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Originally, their clothing would have been hand-made but now they mostly buy ready made versions often manufactured in China from modern materials, though some add their own embellishments of embroidery and beading.
 

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 Flower Hmong lady selling traditional style skirts made from modern imported materials.
 
(click on individual photos for viewing)

Many of the traditional Hmong designs have signature patterns which symbolise aspects of their life.

Baby carriers are beautiful and often heavily decorated with beading. 
 
The Hmong have their own language and many, especially the older ones, don’t speak Vietnamese. Luckily I was travelling with a local Flower Hmong boy, Chô, so I’d been able to pick up some of the language. He also knew many of the locals in the market and had an easy charm and good sense of humour, which lead to some lovely interactions opening up and I was treated to some fantastic opportunities for photography.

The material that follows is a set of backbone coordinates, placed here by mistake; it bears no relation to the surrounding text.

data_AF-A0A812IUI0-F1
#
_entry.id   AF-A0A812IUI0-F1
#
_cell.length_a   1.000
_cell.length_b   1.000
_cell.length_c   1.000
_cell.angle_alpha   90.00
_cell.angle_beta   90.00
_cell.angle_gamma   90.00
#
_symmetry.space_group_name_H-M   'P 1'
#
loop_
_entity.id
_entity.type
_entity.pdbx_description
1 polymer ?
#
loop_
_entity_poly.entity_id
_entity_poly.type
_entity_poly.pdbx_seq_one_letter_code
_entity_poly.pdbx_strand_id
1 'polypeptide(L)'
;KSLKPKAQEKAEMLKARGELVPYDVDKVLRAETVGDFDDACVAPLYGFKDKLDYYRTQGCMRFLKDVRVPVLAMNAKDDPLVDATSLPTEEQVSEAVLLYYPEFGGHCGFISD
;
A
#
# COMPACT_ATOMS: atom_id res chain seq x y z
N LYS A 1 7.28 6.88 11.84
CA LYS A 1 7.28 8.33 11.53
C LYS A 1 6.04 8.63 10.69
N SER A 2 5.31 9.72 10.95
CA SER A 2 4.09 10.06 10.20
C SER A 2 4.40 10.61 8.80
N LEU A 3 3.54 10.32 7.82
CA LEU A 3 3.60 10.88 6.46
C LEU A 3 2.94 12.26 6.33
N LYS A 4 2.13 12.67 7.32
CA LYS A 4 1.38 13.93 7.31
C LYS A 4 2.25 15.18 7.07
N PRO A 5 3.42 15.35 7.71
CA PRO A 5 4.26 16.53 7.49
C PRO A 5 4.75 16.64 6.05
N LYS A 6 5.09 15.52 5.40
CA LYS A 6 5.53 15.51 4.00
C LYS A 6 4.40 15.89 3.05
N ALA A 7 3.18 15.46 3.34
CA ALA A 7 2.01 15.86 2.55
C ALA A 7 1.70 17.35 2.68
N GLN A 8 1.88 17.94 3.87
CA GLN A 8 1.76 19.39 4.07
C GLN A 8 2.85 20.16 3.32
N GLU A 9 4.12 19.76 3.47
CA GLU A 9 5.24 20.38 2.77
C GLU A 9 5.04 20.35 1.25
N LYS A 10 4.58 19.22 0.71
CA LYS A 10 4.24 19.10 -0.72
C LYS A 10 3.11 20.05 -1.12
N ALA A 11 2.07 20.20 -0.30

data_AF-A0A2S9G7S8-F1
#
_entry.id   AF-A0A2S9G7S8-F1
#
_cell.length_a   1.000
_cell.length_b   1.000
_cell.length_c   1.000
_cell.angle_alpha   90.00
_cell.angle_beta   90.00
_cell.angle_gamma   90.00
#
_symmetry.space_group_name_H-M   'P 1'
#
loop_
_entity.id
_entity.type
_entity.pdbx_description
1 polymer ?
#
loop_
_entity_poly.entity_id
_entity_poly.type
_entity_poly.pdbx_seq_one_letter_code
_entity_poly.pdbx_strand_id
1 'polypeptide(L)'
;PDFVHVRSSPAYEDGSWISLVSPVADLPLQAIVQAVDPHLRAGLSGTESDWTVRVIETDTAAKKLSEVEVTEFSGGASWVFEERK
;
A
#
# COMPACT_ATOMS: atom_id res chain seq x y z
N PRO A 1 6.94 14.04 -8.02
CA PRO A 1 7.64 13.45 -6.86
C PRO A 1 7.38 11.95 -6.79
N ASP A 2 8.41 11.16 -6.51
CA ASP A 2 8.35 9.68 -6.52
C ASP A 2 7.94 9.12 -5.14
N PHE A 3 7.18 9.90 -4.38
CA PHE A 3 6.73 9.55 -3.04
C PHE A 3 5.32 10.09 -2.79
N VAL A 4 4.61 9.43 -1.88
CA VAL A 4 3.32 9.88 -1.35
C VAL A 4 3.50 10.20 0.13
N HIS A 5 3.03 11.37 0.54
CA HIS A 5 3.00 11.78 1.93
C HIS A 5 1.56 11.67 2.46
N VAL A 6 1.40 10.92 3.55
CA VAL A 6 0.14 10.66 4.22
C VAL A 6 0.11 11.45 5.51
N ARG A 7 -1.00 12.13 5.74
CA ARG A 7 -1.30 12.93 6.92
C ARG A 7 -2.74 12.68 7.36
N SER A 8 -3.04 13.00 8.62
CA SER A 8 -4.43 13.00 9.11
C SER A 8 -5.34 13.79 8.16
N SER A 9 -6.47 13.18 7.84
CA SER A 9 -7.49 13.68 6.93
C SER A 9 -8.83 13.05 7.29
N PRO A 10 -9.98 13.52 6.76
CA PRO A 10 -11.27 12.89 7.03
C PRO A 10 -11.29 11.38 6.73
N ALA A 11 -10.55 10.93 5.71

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Many Hmong women have gold overlays on their teeth which are a fashion and status symbol rather than a dental necessity.

The area where the men sell their homemade ‘happy water’ as Chô calls it is always a good place to find a friendly face and they’re always generous with their samples!

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Love how this man’s craggy teeth have learnt to fit perfectly together over the years!

The medicine men or women are always popular, selling hope of cures for every ailment imaginable in the form of what seems to the Western eye like weird and unlikely medicaments. The healing and selling process starts with an often elaborate explanation of the wonders of what the medicine promises to do.

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The medicine man plying his trade. Nguyen, our driver, sits in the middle of the three and listens intently.

 

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Roots, needles, potions and lotions all in the armament of the medicine lady. Mind you, if I can sit like that when I’m her age I’m having some!

 

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The Hmong grow sticky rice and sometimes sweeten it for use in cakes and flavoured snacks. Chô bought one of his son’s favourites, a sweet rice coloured bright purple and wrapped in banana leaf: